A good media report is such that whatever opinion you hold about the topic, you’ll find the report supporting your point of view. I think the Dutch documentary “The Truth According To Wikipedia” does exactly this.
In the video Ndesanjo Macha makes some excellent remarks being same time amused, cynical, despairing and hopeful. If you are busy – as you probably are – just jump to those parts where he is talking. You may learn something.
In Andrew Keens’ comments – which I have found in most cases rather unsophisticated, both in form and content – there is one point I agree with. A lot of activity online is nowadays extremely egocentric. I think this is partly a result of the online culture moving from the “IRC / newsgroup / discussion board internet” to the “blog internet”. In the blog internet it is always me talking to you – not us having a conversation. The absurdity of this is that same time Mr. Keen is worried that with the new internet people do not anymore follow authorities telling them the truth.
Like always the issue is not that simple. The possibility to write a blog, and this way report about topic you find interesting is important. I think the egocentrism in the blogs is simply representing our egocentric culture. The blogs are just as egocentric as we are.
What it comes to the Wikipedia, I see it much more to be part of the “old old internet”, “IRC / newsgroup / discussion board internet”, the place where you do things together and the common objective is more important than the personalities doing it.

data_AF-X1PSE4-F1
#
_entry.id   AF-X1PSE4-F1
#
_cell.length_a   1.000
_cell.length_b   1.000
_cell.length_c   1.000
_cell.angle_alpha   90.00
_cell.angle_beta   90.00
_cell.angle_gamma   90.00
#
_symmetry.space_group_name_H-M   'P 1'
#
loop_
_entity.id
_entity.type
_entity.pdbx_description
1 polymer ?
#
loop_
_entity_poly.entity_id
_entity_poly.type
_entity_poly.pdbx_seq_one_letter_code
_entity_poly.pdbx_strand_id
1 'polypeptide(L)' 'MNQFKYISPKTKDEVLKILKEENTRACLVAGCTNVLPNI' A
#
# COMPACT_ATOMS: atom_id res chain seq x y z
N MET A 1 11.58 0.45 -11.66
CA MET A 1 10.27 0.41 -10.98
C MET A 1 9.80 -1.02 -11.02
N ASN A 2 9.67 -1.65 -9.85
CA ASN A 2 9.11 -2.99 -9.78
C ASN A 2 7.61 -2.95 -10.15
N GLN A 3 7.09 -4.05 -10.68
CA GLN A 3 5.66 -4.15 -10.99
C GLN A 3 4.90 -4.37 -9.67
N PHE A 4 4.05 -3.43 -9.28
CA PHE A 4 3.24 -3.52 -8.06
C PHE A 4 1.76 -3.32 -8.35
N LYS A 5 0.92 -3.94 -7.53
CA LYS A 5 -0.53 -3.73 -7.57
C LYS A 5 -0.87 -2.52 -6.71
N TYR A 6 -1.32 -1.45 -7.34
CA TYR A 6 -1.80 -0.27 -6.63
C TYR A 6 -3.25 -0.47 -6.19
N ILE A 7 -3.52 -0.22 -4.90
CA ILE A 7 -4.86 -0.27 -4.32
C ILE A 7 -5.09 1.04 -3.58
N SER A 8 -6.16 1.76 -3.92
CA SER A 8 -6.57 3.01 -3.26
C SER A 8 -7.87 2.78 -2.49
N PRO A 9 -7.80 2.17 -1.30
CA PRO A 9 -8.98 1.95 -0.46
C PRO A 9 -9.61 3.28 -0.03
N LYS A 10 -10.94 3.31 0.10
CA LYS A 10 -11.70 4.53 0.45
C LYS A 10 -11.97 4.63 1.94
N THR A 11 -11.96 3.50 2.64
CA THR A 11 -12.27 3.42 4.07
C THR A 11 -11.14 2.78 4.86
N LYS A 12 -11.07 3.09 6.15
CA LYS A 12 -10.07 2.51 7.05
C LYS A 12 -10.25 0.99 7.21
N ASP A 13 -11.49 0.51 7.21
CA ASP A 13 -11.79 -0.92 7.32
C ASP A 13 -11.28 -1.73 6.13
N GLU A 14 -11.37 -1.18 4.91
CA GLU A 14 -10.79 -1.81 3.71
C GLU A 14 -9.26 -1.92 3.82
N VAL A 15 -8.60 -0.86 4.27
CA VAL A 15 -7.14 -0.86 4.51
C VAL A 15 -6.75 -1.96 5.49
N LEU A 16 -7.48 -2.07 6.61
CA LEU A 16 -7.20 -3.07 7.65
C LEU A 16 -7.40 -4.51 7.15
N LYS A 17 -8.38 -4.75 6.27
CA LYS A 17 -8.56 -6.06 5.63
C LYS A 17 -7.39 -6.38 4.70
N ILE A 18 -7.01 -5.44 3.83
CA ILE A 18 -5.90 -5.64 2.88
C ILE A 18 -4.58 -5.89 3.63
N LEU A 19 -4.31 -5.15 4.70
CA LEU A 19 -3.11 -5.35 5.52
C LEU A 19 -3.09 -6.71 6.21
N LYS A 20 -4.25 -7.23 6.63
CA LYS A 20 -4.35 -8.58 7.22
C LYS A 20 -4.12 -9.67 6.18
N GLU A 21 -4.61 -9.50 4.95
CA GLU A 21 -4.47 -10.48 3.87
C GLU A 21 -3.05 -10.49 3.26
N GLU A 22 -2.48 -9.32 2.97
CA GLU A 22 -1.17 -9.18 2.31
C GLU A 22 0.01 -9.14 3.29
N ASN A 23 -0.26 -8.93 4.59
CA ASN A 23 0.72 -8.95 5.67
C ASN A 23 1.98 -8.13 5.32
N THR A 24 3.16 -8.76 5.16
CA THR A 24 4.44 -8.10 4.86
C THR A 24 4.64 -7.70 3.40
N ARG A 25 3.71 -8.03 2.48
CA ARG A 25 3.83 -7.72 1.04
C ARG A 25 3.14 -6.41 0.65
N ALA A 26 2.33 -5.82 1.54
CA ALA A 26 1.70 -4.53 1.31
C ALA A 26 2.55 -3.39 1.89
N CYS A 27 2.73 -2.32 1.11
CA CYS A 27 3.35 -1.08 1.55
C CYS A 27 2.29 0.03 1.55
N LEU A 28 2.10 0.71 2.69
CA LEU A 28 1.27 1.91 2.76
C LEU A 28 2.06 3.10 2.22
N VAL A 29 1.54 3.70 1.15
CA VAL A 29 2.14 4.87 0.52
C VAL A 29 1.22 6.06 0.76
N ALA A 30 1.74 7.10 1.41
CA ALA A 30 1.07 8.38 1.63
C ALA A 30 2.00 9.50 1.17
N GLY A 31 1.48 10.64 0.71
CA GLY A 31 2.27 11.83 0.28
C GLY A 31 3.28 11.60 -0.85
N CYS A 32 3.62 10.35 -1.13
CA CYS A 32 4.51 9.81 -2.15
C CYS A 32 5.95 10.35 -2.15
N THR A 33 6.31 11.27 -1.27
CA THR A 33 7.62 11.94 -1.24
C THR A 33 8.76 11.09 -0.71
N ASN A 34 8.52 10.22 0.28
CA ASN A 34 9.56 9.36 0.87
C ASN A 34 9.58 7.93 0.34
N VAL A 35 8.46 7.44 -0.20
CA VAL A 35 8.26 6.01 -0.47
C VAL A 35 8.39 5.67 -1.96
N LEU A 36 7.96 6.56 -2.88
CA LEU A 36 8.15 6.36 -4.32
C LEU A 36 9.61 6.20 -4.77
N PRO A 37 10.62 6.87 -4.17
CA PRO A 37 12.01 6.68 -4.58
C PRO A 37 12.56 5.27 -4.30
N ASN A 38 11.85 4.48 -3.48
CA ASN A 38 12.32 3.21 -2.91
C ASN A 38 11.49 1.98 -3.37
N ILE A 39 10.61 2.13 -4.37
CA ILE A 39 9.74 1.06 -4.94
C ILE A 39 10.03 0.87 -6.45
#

After saying this, here are the slides from my talk in the Helsinki Media Conference about two weeks ago. I was talking right after Andrew Keen’s another rant, where he, for instance, called bloggers and citizen journalists monkeys. This is a great example of the form and content of his talk.
I don’t know why in the slideshare version some pictures are missing and there is just a frame. You may imaging to the frame the Wikipedia ball.
My point, however, in the talk was that among small cultures, like in Finland, free knowledge is extremely important and one of the backbones of peaceful and wellbeing societies. When people have access to media, when they have a voice and they can participate they can learn and change the world they are living in. Lack of media (now in the meaning of a space where we may have a discourse), results as lack of education, results as many things that suck.
Many things in Finland do not suck at all. We do not have a lot of poverty, very little abuse, no civil conflict since 1918, and last time we were in a war more than 50 years ago. We are doing pretty well. These are the good times and the future looks bright.
What we should remember is that what we have today in Finland is all build on one kind of free knowledge and some people’s willingness to “save” Finnish language. The first publishers in Finland were not interested in to make money but to give a voice for the people in their own language. This all took place something like 150 years ago when most of the Finnish people were still living in cabins without chimneys or windows (and now I talk about the transparent thing in a wall, not an operating system). These poor, “simple”, non-educated people were seen as valuable sources of knowledge with their poems, songs, traditions and wisdom. All this is still the foundation of the Finnish culture, art and science.
For instance, many people – especially in the English-speaking world – find it strange that in Finland we publish scientific journals in Finnish (with the population of 5 million). It doesn’t look very “economical”, especially when all the scientists are able to read and write in English, too. Publishing in Finnish, however, makes it possible to teach science in schools in Finnish and that is where the new scientists are growing. Later in their life many of them will also learn to communicate in English. So, if we want to have science in Finland we must do it in Finnish.